Table 1. Genes and proteins that are involved in the effect of chemerin on lipid metabolism.
An obesogenic diet increases chemerin secretion from brown adipocytes, while cold stimulation caused the opposite [30][31]. Chemerin might contribute to temperature regulation, given that its overexpression decreased whole body and brown adipose tissue temperature in mice [32]. Chemerin overexpression additionally impaired metabolic homeostasis and induced glucose intolerance. These effects involved CMKLR1 and uncoupling protein 1. In addition, the chemerin–CMKLR1 axis is a physiological negative regulator of thermogenic beige fat, and targeting this pathway might be a novel strategy for obesity [33].
Circulating chemerin correlates positively with low-density lipoprotein (LDL) and negatively with high-density lipoprotein (HDL) [34][35]. Yet, the latter negative association particularly concerns large HDL, since a positive association was observed with both small and intermediate HDL. This suggests that chemerin is involved in the HDL maturing process [35][36]. LDL apheresis lowered circulating chemerin, implying that chemerin is bound, at least partly, to lipoproteins [37]. Future studies should investigate this possibility.

2.2. Cardiovascular Effects

Chemerin levels are elevated in multiple cardiovascular diseases (Table 2) [38][39][40][41]. Chemerin is not only an independent risk factor for arterial stiffness [42], but in chronic kidney disease it also is a predictive marker of atherosclerosis [43][44]. This relates to the above-described effects of chemerin on the atherogenic process, involving vascular remodeling, lipid deposition and inflammation [45][46][47][48]. Indeed, the expression of chemerin and its receptor CMKLR1 in periaortic and pericoronary fat and foam cells determines atherosclerosis severity [49][50] and correlates with carotid plaque instability [51].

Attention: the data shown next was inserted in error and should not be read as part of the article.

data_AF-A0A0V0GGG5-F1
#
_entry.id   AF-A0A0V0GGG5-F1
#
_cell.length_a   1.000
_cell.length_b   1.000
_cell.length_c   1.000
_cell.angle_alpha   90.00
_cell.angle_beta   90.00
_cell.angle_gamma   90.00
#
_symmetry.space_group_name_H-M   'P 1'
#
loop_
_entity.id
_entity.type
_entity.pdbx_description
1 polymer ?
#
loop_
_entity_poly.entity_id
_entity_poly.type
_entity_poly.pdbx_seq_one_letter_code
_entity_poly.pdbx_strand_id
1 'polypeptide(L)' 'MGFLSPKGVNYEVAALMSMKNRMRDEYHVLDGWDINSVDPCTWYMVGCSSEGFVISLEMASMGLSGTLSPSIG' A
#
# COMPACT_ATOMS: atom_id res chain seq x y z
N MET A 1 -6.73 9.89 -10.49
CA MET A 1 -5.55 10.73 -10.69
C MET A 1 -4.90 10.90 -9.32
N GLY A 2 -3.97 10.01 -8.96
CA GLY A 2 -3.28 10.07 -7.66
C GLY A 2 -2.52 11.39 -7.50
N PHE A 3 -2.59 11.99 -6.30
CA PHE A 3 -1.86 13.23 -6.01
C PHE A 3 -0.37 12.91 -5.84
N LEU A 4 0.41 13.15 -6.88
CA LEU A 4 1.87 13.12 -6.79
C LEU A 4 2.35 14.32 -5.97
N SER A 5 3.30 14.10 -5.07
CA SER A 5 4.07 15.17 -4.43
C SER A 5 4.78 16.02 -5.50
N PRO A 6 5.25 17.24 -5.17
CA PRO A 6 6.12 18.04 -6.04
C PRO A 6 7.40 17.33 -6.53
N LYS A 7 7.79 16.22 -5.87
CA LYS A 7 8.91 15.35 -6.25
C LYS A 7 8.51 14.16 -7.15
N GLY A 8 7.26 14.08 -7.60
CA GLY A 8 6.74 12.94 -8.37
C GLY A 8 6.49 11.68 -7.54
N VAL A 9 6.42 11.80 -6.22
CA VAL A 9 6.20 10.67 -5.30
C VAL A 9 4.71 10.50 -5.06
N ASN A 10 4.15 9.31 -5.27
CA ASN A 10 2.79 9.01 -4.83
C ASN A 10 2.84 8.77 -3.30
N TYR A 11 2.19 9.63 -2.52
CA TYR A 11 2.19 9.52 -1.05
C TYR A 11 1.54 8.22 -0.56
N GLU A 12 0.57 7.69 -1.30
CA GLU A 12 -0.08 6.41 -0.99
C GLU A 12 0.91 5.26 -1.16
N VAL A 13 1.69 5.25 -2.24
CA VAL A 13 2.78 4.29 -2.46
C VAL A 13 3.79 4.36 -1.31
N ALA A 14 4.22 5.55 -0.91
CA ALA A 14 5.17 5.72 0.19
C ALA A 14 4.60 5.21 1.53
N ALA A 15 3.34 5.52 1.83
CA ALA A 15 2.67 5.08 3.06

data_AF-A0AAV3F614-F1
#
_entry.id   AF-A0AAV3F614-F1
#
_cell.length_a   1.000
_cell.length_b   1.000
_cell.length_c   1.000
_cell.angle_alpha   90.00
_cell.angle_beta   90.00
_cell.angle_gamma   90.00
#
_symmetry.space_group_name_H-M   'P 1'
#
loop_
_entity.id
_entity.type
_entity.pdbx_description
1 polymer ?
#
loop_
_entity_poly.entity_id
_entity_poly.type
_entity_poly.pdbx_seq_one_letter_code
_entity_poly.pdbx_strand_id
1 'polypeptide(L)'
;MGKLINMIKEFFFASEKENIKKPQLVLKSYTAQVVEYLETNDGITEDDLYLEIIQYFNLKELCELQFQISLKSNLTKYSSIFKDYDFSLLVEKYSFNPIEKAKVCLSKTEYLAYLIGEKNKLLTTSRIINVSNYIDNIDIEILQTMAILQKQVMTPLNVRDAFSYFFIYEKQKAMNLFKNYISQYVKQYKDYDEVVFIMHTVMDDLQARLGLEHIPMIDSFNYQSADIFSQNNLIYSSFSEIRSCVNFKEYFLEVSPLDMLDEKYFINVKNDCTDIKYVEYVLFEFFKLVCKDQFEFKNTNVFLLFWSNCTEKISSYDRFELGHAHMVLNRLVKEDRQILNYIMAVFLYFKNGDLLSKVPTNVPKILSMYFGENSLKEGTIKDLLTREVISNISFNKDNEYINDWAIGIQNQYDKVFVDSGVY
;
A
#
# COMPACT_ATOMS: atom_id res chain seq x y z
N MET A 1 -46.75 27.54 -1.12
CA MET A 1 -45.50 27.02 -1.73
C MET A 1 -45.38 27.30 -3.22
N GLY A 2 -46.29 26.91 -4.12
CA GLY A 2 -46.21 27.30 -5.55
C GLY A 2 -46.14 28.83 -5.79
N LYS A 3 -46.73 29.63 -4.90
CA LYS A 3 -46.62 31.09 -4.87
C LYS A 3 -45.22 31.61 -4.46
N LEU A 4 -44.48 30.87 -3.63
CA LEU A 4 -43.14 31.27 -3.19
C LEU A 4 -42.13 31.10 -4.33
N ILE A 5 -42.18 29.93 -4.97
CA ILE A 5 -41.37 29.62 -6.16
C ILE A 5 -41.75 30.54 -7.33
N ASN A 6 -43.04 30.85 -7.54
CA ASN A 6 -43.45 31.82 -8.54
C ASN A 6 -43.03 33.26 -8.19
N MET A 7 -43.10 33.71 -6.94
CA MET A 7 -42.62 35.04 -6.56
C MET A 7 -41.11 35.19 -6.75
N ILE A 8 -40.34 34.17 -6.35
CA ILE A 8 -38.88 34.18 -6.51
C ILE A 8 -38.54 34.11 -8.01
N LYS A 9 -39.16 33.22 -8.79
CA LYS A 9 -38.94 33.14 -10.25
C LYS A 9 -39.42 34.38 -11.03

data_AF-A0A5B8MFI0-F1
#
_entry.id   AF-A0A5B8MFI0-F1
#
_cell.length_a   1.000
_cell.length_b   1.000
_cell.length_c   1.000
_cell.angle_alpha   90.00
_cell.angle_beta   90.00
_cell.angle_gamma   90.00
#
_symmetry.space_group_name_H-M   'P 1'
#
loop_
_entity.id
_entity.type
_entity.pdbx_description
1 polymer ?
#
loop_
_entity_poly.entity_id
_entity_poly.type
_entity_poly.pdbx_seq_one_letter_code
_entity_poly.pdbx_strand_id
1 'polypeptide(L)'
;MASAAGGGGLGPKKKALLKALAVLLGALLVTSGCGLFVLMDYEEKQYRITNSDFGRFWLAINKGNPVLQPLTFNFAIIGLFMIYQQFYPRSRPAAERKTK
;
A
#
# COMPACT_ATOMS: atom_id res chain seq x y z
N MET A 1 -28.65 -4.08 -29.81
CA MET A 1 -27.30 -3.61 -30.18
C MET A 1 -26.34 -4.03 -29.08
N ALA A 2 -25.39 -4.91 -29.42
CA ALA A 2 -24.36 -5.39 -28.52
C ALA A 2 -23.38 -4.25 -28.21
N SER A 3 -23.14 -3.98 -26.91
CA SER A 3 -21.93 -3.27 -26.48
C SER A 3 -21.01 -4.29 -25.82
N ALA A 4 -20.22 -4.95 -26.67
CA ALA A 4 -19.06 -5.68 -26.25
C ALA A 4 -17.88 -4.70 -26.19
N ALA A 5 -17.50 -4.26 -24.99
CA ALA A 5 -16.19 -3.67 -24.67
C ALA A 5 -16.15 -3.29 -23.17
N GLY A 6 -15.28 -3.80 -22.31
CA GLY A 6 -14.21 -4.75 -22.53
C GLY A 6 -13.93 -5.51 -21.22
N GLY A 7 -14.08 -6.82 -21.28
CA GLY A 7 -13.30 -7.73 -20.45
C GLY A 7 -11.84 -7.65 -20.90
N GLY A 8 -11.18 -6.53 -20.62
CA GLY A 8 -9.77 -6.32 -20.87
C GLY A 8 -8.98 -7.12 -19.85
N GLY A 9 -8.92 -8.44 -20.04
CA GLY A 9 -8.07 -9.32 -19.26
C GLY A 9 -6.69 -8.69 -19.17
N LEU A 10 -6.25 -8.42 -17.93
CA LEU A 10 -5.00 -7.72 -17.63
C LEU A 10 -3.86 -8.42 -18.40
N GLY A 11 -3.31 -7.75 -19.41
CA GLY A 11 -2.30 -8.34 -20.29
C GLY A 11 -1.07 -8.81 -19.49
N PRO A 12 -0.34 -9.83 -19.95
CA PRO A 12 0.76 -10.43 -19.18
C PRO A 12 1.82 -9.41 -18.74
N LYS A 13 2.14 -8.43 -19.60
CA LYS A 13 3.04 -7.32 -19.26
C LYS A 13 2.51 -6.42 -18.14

Recent data suggest that chemerin also exerts effects in cardiomyocytes, vascular smooth muscle cells, endothelial cells and fibroblasts, and might even originate from some of these cells. Tumor necrosis factor-α upregulated chemerin in murine cardiomyocytes, and in these cells chemerin induced apoptosis by activating caspase 9 and reducing protein kinase B (AKT) [52]. In rat cardiac fibroblasts, chemerin promoted cell migration by increasing reactive oxygen species (ROS), AKT and ERK1/2 [53]. Aldosterone induced chemerin synthesis in cardiac fibroblasts via Rho/ROCK/JNK signaling [54]. In endothelial cells, chemerin promoted angiogenesis and ROS production and decreased insulin signaling and nitric oxide production [2][55][56].
Vascular chemerin most likely originates from perivascular adipose tissue (PVAT), while CMKLR1 occurs in endothelial and vascular smooth muscle cells [57][58]. Exogenously added chemerin induced constriction via CMKLR1, Gi and calcium in isolated vessels, and this was enhanced after endothelial removal or during nitric oxide inhibition [57][59]. Without exogenous chemerin, endogenous chemerin derived from PVAT is also capable of inducing constriction, most likely by activating the sympathetic nervous system [58]. Remarkably, although both whole-body and hepatic chemerin knockdown abolished circulating chemerin [60], only whole-body knockdown also lowered blood pressure. This implies that chemerin from a non-hepatic source, most likely PVAT, contributes to blood pressure. To what degree the chemerin-induced upregulation of inflammatory cytokines in vascular smooth muscle cells [61] contributes to vessel contraction remains unknown.